Mark Oliver Gebel, son of Ringling Brothers and Barnum & Bailey star Gunther Gebel-Williams: I was always with my father, performing. We knew from the past that if it was raining outside, we’d have to put our shoes up for the night, because water would come into our dressing room. I remember our farewell tour there in 1989. The applause was incredible. How much the people of Philadelphia loved my father — it was very special. On one of the columns, there’s a picture of my wife riding a very special elephant of my father’s. I’ll be sad to see it go.
Joe Frazier: I can’t understand why they’re closing it down. They must have some better ideas.
Peter Luukko, president and COO, Comcast-Spectacor: The Spectrum has been a very viable arena. But Ed had negotiated development rights into the deal when he was building the Wachovia Center, and eventually, these rights would expire. We were looking for something to do with the development, and that’s when we were approached by the Cordish company, and they came up with this really neat plan [for the Philly Live! entertainment complex that’s set to go on the site]. Knowing us, if we hadn’t met the Cordishes, we could justify keeping that building open forever. It’s Ed’s baby, and we all love it.
Bruce Springsteen, musician [during his two farewell Spectrum shows in April 2009]: This is the house of rock. This is the first arena we ever played. They don’t make arenas like this anymore. There is a democratic-ness to these old buildings. It’s a treat to really be here again and playing in this lovely lady of a building.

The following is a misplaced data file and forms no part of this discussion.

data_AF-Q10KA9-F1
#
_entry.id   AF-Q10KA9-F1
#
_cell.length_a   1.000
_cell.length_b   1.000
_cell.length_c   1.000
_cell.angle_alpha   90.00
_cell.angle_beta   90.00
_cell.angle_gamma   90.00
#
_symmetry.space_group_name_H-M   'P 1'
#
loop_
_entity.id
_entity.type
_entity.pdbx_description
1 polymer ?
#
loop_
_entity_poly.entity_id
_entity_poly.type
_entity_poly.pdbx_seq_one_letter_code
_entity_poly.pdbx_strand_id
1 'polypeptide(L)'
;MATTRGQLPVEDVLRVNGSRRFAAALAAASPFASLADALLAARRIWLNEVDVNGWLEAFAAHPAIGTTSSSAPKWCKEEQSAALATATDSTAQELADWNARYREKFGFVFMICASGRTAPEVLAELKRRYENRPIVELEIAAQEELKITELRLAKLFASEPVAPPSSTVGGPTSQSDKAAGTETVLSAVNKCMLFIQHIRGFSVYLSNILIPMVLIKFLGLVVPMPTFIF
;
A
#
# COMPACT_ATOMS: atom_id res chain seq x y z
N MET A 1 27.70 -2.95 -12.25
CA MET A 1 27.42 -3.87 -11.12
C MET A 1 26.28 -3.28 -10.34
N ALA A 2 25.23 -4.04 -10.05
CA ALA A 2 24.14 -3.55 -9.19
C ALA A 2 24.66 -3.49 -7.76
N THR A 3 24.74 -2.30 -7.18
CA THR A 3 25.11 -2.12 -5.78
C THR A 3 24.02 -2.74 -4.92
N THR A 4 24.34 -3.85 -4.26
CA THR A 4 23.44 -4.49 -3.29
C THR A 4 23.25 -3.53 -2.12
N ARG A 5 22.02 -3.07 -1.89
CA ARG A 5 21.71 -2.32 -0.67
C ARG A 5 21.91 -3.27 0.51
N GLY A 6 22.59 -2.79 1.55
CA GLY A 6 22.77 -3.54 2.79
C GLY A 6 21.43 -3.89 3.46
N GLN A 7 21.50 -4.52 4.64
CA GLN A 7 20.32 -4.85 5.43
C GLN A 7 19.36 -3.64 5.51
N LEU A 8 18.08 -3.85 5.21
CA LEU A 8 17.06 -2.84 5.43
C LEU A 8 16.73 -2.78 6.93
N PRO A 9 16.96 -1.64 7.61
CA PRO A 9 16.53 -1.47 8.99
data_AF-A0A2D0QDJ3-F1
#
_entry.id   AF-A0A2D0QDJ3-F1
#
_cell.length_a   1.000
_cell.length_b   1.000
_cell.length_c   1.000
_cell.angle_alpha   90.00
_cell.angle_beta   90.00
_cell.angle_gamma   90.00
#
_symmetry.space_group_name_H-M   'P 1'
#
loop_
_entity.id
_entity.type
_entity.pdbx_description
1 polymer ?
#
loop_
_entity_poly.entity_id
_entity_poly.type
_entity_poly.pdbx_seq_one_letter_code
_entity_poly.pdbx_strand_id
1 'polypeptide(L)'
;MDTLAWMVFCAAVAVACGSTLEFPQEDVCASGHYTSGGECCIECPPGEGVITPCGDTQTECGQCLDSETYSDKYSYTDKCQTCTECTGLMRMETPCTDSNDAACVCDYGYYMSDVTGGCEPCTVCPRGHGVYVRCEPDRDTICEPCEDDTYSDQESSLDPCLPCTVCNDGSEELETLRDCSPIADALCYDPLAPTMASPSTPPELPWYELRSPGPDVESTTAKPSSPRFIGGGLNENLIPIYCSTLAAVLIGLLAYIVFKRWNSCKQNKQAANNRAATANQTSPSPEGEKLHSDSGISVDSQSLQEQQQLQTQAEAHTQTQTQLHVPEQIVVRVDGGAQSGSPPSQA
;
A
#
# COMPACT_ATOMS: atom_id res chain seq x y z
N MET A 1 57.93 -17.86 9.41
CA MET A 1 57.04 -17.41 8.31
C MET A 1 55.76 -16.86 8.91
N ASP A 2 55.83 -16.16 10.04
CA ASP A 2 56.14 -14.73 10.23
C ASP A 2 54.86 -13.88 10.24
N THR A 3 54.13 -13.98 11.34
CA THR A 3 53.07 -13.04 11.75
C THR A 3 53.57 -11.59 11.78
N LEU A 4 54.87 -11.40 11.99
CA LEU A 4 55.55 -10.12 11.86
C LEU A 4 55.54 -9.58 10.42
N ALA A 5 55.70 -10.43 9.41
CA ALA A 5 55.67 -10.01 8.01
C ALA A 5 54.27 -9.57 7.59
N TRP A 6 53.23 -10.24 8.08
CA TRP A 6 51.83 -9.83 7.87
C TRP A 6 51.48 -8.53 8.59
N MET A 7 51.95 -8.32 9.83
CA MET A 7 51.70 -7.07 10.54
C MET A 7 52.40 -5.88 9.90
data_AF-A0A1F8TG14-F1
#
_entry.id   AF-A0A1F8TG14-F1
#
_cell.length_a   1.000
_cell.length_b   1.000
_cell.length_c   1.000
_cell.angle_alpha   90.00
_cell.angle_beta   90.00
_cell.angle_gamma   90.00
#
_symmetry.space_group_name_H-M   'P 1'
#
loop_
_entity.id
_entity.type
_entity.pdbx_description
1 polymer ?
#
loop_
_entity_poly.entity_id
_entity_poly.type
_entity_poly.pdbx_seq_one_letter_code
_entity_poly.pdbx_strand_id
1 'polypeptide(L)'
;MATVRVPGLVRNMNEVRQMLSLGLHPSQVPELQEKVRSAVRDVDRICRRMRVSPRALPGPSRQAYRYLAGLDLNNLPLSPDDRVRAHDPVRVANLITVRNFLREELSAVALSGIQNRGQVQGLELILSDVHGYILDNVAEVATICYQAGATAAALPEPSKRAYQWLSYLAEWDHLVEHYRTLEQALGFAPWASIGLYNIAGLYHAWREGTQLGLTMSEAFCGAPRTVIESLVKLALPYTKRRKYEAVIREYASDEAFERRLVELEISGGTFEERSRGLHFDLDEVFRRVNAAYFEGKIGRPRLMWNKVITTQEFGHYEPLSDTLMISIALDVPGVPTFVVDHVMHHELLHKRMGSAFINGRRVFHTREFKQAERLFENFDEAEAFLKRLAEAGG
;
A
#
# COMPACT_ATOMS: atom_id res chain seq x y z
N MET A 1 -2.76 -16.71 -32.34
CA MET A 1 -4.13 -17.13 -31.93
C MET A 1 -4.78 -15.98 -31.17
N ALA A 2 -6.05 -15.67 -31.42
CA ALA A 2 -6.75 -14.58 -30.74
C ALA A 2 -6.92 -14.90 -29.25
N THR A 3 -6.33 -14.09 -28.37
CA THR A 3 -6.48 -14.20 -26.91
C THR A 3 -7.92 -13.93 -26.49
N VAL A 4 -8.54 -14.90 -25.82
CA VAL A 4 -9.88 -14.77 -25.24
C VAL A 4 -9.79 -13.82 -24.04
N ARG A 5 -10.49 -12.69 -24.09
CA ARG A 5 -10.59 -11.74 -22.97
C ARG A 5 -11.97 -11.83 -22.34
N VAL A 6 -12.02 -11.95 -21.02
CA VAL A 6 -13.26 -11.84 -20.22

Mickey Hart, drummer, the Grateful Dead [prior to the Dead’s farewell shows in May 2009, as told to Comcast SportsNet]: The first thing is, the Spectrum sounds great. Arenas are not really made for sound. This one, by chance, turned out to be really unique and vibrant. It’s kind of a home away from home for us. We’ve played 57 shows here — sold-out — so it’s kind of our place, in a way. It’s sad to see it go.
Lauren Hart: You can feel the voices in there. The building has its own music; it has its own sound. I sang at the last game there [the Phantoms, April 10, 2009], and as I was getting ready, I just saw all these moments flashing before me. Then I saw the banner unfurl: “GOOD NIGHT AND GOOD HOCKEY.” There was no better way to close the building.
Charles Barkley: It was a dump when I got there in ’84. I’m glad they’re tearing it down. I’d do it for free. I’ll push the damn button.
Jon Bon Jovi: I love sitting up in my box at the Wachovia. It’s a beautiful place, and it sounds great, but would you rather have a muscle car or some new Lexus? I think most guys would rather have the good old Chevy Malibu convertible. It’s a little bit beat-up, but it’s a driver. She kind of spits and fires, and that’s what the Spectrum was.
Pierre Robert: There are no luxury boxes there. No matter your economic background, you’re all in it together. There’s no place for the elite to escape from the masses.
Ed Snider: People would come by [the owner’s box]. I’d shake hands, and somebody would say, “My seat’s broken.” I’d write it down. I had a phone here. I’d call and say, “Such-and-such seat is broken.” People would look to see my reaction to a penalty. The interaction with the fans was great.